Date & Time
One of the questions in the public eye with this year’s Presidential election is the relationship between government and science.
If science is supported by the government, is it reasonable to expect that the government should have a role in deciding what science should receive support?
And since the government clearly does have a role in funding science, should it also be allowed a role in how and if the resulting science will be reported or used?
“When it Comes to Science, Who Says What?” op-ed piece by Tate Hurvitz and Dena Plemmons
Naomi Oreskes (Ph.D., Stanford, 1990) is a Professor in the Department of History at the University of California, San Diego. Having started her professional career as a field geologist, her research now focuses on the historical development of scientific knowledge, methods, and practices in the earth and environmental sciences.
Gerald Markowitz is Distinguished Professor of History at John Jay College of Criminal Justice and the Graduate Center, City University of New York. He received his doctorate from the Department of History of the University of Wisconsin. He is the recipient of numerous grants from private and federal agencies, including the Milbank Memorial Fund, National Endowment for the Humanities and the National Science Foundation.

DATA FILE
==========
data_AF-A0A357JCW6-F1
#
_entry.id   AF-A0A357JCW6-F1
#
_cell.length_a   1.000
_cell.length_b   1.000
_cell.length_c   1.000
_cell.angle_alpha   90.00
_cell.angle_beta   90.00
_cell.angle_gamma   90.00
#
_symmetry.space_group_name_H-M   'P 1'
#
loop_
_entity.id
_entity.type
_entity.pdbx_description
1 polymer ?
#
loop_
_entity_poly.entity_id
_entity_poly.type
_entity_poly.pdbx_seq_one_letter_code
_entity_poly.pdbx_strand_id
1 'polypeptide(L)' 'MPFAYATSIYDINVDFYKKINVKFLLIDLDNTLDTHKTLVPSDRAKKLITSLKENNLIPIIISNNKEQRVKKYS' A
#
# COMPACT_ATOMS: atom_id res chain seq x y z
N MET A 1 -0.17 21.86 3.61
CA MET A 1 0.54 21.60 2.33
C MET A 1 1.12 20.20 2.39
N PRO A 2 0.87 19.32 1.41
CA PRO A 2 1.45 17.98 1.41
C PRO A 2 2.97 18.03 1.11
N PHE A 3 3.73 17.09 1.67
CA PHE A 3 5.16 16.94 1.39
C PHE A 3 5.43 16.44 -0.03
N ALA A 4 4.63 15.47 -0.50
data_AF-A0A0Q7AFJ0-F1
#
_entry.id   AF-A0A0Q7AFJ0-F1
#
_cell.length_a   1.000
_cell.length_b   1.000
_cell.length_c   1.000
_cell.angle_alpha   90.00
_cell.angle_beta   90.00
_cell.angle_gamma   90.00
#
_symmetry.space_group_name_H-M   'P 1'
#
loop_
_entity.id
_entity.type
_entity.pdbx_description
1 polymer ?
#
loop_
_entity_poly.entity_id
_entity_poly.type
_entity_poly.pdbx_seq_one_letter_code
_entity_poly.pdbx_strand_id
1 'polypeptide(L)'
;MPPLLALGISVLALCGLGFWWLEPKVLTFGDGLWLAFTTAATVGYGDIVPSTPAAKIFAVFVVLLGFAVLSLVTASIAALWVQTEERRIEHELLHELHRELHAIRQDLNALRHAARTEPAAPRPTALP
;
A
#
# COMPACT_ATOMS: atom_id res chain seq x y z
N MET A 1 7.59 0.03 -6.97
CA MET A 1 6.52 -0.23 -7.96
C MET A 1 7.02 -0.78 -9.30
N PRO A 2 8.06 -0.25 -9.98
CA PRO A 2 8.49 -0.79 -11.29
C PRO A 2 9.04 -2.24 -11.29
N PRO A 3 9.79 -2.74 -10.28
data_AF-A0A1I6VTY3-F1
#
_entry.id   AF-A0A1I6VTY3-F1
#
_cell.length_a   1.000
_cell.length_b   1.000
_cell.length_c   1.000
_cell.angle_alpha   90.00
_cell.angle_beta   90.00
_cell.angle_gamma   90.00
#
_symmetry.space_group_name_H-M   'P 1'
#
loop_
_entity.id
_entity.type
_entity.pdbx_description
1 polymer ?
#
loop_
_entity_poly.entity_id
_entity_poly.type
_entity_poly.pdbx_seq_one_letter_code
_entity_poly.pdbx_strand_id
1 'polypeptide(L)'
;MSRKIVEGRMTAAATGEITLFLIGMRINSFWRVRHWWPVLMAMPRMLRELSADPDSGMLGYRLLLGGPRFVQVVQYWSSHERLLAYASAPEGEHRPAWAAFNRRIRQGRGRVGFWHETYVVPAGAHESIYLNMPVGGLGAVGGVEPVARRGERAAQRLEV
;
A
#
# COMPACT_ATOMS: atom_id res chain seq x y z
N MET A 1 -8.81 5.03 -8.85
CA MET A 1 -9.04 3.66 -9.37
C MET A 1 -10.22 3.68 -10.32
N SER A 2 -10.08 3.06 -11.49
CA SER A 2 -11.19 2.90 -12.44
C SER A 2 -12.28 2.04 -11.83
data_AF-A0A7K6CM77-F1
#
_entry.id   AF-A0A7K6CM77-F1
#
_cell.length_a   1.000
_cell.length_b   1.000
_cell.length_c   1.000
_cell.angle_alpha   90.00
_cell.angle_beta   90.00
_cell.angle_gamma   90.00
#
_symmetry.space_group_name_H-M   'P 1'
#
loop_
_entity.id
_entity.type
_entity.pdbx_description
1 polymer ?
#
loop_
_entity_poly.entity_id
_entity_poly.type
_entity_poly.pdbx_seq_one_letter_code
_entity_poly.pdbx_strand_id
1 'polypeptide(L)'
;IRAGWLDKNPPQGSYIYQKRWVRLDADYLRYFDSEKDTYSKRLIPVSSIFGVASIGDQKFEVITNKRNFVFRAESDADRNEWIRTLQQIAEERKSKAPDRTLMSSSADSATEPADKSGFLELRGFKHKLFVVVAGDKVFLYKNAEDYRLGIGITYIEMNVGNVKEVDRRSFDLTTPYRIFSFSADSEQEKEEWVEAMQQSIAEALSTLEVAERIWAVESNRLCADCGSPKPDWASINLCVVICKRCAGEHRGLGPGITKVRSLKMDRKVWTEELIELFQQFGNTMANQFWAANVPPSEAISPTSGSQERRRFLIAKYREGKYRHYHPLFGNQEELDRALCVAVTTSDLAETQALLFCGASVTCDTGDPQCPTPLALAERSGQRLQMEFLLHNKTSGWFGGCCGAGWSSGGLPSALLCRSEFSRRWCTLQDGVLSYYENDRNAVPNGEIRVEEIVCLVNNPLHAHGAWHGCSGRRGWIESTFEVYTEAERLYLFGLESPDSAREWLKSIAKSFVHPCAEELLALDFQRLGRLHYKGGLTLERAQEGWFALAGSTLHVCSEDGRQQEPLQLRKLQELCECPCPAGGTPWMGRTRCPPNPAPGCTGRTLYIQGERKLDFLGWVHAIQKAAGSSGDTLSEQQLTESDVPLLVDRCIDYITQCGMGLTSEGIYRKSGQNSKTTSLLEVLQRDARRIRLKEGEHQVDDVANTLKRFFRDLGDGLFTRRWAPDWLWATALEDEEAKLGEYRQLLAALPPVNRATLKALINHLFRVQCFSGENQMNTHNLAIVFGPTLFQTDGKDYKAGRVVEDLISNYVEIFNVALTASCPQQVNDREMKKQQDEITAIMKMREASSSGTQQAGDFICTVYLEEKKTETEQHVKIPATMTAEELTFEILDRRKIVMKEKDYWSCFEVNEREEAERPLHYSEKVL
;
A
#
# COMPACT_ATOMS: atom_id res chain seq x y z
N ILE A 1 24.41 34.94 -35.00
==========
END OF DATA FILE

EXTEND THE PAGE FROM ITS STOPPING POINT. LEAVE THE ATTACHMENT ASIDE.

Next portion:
Stanley Maloy is Dean of the College of Sciences and Professor of Biology at San Diego State University. He obtained a Ph.D. in Molecular Biology and Biochemistry from the University of California at Irvine in 1981, did postdoctoral work at the University of Utah, then moved to the University of Illinois, Urbana-Champaign as a Professor of Microbiology. He was also Director of the Biotechnology Center, a position that involved extensive interactions with the biotechnology and agricultural industry, and State government. In 2002 he returned to San Diego as founding Director of the Center for Microbial Sciences and Professor of Biology at San Diego State University. Research in his lab focuses on bacterial genetics and pathogenesis, with an emphasis on Salmonella, bacterial viruses, and emerging infectious diseases.